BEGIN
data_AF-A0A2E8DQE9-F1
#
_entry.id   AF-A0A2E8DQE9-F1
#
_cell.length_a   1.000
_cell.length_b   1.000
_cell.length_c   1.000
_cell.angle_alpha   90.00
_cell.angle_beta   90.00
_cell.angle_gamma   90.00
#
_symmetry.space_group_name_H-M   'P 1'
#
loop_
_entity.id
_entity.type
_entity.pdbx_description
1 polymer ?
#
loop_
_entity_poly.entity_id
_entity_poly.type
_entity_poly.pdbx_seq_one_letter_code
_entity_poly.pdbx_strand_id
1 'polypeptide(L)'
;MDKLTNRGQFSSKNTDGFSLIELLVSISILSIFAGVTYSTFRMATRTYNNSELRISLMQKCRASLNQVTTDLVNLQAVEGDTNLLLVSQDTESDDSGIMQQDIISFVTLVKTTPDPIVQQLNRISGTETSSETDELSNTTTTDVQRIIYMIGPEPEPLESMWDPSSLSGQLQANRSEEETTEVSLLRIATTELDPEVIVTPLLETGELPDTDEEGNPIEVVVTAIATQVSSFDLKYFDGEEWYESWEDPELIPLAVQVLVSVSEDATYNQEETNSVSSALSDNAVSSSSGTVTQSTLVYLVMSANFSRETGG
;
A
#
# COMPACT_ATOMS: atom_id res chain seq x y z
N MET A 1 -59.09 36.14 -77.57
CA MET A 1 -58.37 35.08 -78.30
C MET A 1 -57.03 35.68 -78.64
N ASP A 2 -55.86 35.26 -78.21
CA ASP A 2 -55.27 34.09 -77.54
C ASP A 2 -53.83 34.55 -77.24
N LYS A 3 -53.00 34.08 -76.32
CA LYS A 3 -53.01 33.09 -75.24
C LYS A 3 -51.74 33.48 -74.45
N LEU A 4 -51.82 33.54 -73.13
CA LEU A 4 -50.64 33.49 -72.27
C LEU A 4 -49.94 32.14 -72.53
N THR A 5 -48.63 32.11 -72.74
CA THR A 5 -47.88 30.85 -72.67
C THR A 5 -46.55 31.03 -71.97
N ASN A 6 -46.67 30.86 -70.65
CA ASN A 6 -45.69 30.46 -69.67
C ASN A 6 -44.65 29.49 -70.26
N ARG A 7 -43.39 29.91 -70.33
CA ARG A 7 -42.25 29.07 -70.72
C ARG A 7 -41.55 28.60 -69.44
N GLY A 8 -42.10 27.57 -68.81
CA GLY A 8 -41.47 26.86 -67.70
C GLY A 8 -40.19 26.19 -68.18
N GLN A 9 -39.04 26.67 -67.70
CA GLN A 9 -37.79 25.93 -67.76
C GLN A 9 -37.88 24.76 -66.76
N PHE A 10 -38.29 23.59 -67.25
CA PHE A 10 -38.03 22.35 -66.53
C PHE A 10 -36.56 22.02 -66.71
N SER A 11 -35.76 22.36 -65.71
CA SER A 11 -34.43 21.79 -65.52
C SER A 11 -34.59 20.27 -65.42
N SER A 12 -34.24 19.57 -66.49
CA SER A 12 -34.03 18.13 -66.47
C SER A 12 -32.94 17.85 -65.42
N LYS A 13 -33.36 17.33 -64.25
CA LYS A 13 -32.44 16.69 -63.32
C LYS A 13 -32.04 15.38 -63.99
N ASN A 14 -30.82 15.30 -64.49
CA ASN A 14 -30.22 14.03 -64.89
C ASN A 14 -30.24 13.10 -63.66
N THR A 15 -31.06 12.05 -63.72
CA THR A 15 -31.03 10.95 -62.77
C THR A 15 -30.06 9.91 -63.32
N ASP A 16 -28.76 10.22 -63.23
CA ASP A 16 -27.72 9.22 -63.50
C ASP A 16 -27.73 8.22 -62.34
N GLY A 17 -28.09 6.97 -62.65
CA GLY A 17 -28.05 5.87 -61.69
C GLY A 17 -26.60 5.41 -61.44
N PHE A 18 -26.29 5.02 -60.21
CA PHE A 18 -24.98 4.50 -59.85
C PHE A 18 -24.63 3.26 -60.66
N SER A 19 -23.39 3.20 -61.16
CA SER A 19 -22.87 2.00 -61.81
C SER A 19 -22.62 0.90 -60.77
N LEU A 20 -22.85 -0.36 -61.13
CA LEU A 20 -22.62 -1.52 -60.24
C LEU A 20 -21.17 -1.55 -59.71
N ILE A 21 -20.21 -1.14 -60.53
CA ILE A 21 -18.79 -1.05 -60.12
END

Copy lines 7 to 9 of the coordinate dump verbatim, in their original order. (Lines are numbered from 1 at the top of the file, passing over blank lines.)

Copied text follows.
_cell.length_c   1.000
_cell.angle_alpha   90.00
_cell.angle_beta   90.00